Baroque 1600 ( 17th – 18th Century )

The baroque style was born in Italy and spread throughout all of Europe. It was divided into three periods: Early Baroque, High Baroque, Late Baroque.

Baroque angel detail

Image source:  by Leandro’s World Tour


The origin of the term

The term Baroque derived from Italian barocco, which philosophers used in the Middle Ages to describe errors in logic schemes. Later on, the word came to denote any contorted idea or complicated thoughts. Another possible origin of this word comes from the Portuguese barroco (Spanish barrueco), used to talk about an imperfectly shaped pearl. This way of using this word still survives in the jeweler’s term baroque pearl.

Baroque Console

Image source:


Baroque architects conceived buildings as a single mass to be shaped according to particular requirements. On the facade elements like columns and pilasters are linked in various ways to the center. The facade looks divided horizontally, it is organized vertically. St. Peter in Vatican City is an important example of this style. It was finished in 1615 under Paul V. It is was projected with a three-aisled Latin cross with a dome at the crossing, above the altar covering the shrine of St. Peter the Apostle. The edifice is a key pilgrimage site.

Saint Peter’s Square in Vatican

Image source: by Argenberg

The interior of St. Peter’s features masterpieces from the Renaissance period and Baroque art. The most famous are Michelangelo’s Pietà, the baldachin made by Bernini over the main altar. The tomb of Urban VIII and the cathedra of St. Peter in the apse are considered relevant too.

St. Peter Baldachin in St. Peter’s Basilica, 1623 – 1634

Image source: by Jean-Pol GRANDMONT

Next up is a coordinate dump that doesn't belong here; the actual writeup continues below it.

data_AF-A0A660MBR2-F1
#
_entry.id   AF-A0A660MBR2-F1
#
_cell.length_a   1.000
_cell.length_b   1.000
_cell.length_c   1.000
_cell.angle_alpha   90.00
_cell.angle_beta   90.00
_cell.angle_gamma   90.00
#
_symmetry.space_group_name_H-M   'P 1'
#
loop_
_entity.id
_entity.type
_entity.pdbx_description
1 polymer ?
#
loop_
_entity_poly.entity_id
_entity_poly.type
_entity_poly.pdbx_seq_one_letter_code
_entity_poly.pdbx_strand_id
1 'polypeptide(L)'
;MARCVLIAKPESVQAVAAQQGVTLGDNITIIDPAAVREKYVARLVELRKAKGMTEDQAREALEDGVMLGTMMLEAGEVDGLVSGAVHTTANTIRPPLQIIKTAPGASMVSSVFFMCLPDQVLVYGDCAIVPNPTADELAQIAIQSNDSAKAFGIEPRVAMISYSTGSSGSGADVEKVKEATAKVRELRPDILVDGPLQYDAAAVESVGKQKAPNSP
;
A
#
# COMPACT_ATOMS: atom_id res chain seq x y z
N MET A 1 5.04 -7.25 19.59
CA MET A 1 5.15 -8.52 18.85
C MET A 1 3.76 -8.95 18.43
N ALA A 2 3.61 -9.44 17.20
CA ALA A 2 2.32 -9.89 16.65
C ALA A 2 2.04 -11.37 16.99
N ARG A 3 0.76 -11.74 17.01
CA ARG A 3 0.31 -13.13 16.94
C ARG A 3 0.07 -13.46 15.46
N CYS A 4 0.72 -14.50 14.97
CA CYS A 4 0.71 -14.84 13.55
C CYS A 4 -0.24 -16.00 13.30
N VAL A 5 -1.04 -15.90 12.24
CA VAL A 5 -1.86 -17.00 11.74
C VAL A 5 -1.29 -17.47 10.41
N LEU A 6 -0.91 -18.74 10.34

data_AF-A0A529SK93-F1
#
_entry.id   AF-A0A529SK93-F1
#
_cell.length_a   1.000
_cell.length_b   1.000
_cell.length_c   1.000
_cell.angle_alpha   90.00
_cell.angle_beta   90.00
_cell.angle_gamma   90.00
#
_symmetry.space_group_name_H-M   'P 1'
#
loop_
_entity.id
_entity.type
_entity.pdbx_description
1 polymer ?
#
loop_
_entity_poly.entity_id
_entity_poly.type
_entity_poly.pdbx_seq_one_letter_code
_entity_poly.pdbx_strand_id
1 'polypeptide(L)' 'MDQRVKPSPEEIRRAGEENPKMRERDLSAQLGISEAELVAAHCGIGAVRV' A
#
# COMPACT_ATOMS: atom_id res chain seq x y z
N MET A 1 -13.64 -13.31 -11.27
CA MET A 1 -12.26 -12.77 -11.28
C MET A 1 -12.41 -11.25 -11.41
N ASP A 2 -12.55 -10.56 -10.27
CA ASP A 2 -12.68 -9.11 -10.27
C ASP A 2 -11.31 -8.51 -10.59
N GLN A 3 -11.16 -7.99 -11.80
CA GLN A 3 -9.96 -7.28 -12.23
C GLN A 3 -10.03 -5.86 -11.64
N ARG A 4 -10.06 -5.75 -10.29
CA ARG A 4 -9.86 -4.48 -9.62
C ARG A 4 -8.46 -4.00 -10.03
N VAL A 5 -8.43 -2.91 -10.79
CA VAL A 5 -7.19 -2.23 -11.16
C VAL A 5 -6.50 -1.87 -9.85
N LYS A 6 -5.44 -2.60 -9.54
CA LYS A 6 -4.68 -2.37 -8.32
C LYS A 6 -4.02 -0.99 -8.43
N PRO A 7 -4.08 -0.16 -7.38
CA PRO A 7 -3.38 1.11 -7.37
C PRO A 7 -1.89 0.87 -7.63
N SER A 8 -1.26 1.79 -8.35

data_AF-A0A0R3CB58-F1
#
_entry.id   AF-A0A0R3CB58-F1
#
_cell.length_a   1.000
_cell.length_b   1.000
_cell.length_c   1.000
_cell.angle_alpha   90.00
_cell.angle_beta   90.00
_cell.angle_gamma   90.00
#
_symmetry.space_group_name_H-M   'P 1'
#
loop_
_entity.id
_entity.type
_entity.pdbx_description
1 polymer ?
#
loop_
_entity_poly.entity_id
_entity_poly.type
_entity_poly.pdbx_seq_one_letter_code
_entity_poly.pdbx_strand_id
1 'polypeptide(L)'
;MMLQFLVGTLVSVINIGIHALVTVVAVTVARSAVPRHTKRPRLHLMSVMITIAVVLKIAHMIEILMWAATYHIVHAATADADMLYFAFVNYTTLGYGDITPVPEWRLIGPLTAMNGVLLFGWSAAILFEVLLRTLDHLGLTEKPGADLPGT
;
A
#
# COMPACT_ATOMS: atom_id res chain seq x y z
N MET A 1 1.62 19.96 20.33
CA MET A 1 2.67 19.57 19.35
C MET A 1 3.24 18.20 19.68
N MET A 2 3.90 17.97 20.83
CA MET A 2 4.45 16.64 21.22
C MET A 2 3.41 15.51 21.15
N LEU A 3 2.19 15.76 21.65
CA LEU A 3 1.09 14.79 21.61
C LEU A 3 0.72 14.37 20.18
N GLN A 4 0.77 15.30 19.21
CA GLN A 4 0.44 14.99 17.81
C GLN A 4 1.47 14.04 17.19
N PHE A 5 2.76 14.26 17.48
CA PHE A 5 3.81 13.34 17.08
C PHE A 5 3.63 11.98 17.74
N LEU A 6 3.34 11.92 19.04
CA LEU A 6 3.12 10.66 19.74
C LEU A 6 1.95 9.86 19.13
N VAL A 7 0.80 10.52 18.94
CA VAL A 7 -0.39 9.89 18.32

Baroque Design Characteristics

Like all other styles Baroque has its features:

  • Gilded frames were very used many times in paintings and mirrors and usually featured several cartouches, carved flowers, and sculpted figures.
  • Italian furniture of this period featured raised lids, often were decorated with carved leaves and figures.
Italian cassone- Walnut, partially carved, traces of gilding and polychrome; iron hardware., Italian

Image source:

  • Decorations were sumptuous. Carved wood was often gilded with gold or bronze, and legs for example in tables were caryatids or muscular figures, made to show up as if they were sustaining the marble slab put on top.
Bookcase (one of a pair), Design attributed to the architect Niccolo Michetti (Italian, died 1759), Walnut and poplar; iron hinges and locks, metal wire; antique silk and linen brocatelle door curtains (not original), Italian, Rome

Image source:

  • Segments and strapwork were used and were also included new key characteristics such as pilasters, panels forming arches, and pietra dura designs. Many religious or mythological themes were painted inside the panels to improve the decorations of the object.
Baroque cabinet with gobelets

Image source: by quinet

  • Commodes, for example, were made of walnut or oak, pearl, jewels, and ivory, to form up allegorical stories. They were decorated, most of the times with angels, animals, leaves. They were also called lion commodes due to their feet at the bottom of the drawer recalling the animal.
Commode ca. 1765–70 – Bernard III van Risamburgh – Oak; Japanese black-and-gold lacquer and ebony veneer, gilt bronze; brèche d’Alep marble top, French, Paris

Image source:

  • Tables varied greatly during the period but were usually made of gilded wood, oak, or walnut. Large tables were elonged, rich, and grandiloquent, while smaller ones were ornate and featured carved geometrical forms.
High Baroque Table- Walnut, maple, carved, turned, inlaid, and stained., Italian and American

Image source:


Baroque Sculpture

The Cornaro Chapel is a famous Baroque Church of Santa Maria della Vittoria in Rome. It houses one of Bernini’s most ambitious masterpieces: The Ecstasy of Saint Teresa. It represents a mini-theatre. Illumination comes from a hidden window at the rear of the altar. Divine light descends upon the agitated Teresa at the apex of her spiritual ecstasy. Sculpted in white marble, she is surrounded by gilt bronze representing the divine light.

‘Saint Theresa’s ecstasy’ (1644-1652) by Gian Lorenzo Bernini – Santa Maria della Vittoria Church in Rome

Image source: by Carlo Raso

Info source:

Leave a Reply Cancel reply

Exit mobile version

Ads Blocker Detected!!!

We have detected that you are using extensions to block ads. Please support us by disabling these ads blocker.

Powered By